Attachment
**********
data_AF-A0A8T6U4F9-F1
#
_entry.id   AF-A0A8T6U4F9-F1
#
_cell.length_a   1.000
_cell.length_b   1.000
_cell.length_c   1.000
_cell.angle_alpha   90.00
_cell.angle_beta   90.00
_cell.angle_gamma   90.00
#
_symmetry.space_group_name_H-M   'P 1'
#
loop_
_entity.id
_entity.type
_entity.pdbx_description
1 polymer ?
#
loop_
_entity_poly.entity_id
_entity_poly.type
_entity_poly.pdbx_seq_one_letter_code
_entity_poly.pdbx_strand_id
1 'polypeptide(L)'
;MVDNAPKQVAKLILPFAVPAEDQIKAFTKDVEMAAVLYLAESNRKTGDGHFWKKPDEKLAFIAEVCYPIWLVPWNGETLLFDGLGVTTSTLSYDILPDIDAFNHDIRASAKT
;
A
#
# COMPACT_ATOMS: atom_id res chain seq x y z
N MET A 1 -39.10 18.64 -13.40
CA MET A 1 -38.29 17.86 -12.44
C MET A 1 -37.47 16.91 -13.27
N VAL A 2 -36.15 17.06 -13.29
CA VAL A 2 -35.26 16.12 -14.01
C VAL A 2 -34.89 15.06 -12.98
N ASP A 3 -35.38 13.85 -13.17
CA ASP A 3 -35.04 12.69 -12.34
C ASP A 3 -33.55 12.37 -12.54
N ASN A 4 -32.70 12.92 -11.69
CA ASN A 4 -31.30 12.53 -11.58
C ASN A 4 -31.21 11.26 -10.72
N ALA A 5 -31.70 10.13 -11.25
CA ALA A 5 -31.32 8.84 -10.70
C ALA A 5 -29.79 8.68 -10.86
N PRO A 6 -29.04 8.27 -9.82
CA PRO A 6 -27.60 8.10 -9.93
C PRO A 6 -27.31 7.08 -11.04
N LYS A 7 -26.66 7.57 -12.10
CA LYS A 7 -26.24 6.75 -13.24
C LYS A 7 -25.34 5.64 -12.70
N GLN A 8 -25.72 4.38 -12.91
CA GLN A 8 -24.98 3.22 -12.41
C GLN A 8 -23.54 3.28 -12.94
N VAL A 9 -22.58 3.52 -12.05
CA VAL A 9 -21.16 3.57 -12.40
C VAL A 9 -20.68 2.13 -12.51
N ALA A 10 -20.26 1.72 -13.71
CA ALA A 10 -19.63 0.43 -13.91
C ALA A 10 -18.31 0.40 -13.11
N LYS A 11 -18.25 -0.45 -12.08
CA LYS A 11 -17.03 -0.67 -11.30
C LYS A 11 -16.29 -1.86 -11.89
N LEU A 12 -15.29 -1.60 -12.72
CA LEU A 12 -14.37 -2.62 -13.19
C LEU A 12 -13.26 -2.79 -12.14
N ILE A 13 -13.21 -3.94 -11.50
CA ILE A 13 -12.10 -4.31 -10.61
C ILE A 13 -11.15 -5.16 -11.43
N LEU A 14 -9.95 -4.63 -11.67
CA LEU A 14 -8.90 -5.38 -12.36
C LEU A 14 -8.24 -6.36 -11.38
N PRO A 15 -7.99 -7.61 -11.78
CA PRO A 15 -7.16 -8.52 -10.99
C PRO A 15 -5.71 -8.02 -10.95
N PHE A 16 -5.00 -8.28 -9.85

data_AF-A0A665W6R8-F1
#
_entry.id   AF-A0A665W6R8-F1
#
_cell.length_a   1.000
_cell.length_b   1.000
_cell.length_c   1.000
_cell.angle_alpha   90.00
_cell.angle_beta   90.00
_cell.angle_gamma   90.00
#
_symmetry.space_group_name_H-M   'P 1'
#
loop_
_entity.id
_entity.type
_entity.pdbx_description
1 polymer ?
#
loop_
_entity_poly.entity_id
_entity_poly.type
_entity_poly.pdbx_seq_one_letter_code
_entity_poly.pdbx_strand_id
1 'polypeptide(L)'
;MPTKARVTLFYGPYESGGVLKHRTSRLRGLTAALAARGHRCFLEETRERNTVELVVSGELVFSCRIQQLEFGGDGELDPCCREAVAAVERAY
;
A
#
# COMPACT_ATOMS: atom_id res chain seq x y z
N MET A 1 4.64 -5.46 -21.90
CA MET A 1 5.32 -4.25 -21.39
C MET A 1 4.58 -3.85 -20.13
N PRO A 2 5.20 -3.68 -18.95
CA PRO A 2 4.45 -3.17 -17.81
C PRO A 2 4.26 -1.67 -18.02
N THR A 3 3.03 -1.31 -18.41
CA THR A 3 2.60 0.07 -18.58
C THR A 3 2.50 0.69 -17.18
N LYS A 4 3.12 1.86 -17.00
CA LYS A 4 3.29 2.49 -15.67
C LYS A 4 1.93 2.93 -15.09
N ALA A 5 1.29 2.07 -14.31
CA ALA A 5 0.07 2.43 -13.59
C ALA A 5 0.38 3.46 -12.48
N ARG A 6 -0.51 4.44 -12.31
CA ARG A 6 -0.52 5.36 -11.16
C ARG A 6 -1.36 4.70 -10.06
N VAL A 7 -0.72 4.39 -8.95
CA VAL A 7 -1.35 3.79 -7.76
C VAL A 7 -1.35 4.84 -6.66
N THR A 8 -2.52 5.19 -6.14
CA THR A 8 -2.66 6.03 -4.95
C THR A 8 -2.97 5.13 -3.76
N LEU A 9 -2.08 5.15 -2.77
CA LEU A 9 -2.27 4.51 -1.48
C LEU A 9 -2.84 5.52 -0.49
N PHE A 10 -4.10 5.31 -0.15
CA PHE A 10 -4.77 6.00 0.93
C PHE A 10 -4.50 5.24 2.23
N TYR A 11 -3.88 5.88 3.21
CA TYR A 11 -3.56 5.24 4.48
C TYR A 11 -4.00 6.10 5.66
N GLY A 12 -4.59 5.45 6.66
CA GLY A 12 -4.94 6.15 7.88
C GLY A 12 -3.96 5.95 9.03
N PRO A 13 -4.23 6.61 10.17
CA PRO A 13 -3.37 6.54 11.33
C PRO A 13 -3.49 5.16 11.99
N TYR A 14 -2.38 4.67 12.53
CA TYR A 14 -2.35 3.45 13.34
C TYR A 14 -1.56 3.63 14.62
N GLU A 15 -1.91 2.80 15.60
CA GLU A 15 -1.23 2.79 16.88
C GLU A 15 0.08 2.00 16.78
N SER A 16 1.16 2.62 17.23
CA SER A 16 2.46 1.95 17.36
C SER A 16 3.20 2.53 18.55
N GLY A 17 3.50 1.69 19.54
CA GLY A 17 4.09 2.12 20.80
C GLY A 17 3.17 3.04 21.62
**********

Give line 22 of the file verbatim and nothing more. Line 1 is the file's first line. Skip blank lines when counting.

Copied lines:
_entity_poly.type